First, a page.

A remarkable, sensitive writer, Simon Von Booy, has been added to my favorite authors’ list. A line in one of his short stories moved me to tears:
“… a countless number of occasions in which he could have been a stronger and brighter version of himself.”
How many times could I have been better? One of the most painful occurred when I was 9. Our frightening fifth-grade teacher had banged a student’s head into the blackboard. After the child told his mother, she and the principal came to our classroom asking if any of the students had seen this happen. Because the menacing teacher was staring at us, no one said a word. Those few moments shamed me for years.
Being strong takes courage. Although I often say I’m fearless, is that true? How far will I go to right a wrong? Is my comfort more important than sticking my neck out to protect someone? How often have I missed an opportunity to be “better and stronger than myself”?
The lesson I learned that day in fifth grade made me a champion for the underdog. When I worked in an office, if the other girls ganged up on a new employee, I was there to befriend the ostracized person, invite her to lunch and not let her be victimized by vicious gossip. Admittedly, there were times when I joined in with hateful remarks; several instances where I could have defended someone. What did I gain by being “one of the girls”?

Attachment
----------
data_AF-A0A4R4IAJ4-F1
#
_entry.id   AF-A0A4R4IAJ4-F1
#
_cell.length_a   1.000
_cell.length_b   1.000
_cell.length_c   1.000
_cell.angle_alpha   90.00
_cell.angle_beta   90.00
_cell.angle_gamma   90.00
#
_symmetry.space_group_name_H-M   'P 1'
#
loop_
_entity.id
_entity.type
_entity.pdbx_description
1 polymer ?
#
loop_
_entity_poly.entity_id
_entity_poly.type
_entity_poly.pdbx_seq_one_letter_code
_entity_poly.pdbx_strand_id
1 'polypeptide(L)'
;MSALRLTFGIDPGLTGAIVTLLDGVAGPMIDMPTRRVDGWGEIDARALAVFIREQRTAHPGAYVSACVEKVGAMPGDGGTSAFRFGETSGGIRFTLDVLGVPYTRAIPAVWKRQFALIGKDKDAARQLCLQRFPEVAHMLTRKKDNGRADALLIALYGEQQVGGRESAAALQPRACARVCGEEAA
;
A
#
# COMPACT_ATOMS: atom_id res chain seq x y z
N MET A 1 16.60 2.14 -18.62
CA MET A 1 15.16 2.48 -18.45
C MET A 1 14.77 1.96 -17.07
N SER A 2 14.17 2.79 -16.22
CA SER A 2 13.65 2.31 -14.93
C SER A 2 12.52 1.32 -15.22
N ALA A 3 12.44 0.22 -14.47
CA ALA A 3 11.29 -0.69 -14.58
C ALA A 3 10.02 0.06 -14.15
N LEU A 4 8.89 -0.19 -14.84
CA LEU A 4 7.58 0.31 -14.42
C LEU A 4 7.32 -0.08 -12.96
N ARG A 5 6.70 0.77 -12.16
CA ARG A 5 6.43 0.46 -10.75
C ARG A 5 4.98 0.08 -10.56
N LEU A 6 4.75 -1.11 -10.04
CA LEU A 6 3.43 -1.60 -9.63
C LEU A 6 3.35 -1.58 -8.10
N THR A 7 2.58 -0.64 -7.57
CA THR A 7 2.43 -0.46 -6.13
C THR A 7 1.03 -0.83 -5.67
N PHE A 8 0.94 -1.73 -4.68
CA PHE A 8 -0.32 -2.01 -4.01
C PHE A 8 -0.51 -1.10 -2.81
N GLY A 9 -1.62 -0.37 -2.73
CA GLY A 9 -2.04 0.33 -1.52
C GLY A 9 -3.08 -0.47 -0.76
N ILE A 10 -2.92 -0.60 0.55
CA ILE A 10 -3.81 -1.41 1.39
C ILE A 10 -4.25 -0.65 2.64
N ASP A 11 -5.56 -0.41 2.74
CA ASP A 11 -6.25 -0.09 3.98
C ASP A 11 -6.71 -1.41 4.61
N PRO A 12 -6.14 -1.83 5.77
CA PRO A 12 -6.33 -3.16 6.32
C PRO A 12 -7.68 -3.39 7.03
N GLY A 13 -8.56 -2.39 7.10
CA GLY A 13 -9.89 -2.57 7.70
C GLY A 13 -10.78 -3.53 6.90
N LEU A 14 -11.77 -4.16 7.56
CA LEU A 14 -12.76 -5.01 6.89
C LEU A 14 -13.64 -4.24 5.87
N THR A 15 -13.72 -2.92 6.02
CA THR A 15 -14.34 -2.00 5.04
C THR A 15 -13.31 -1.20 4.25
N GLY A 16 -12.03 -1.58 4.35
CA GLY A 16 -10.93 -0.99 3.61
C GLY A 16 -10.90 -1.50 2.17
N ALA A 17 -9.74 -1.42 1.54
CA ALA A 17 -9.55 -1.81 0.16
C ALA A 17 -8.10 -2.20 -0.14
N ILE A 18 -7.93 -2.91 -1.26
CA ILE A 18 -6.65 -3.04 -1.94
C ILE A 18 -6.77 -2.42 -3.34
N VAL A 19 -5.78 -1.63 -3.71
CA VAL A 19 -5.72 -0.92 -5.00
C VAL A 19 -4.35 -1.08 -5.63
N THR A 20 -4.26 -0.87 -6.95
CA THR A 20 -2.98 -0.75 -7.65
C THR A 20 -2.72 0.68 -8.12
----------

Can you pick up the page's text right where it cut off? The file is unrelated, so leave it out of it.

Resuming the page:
The years have brought many changes. As an example of how shallow I was, as a young woman I believed if I had a diamond bracelet, a silver tea set and a full-time maid, my life would be complete. How juvenile these sentiments were. I’m embarrassed to remember how important material things were. All three wishes came true, but none made me happy.
In an effort to be true to myself, when I don’t agree with someone, I will defend my position unless it is leading to a knockdown, dragged-out heated dispute going nowhere. A screaming match doesn’t make sense.
Life changes us. Don’t offer me a trip to Paris. Instead, take me to the Arizona-Sonora Desert Museum. Find me a puppy for Christmas, not a diamond tiara. Fill my heart with joy by reading poetry to me. Recommend a good book or bring me homemade noodle pudding.
Perhaps I’ve missed occasions when I could have been more, but I’m at peace. Another line from the same author is, “Do things for people that they will never forget.” Through my writers’ workshops, offering kindness to people and using my sense of humor, I have accomplished this. What more can I ask of myself?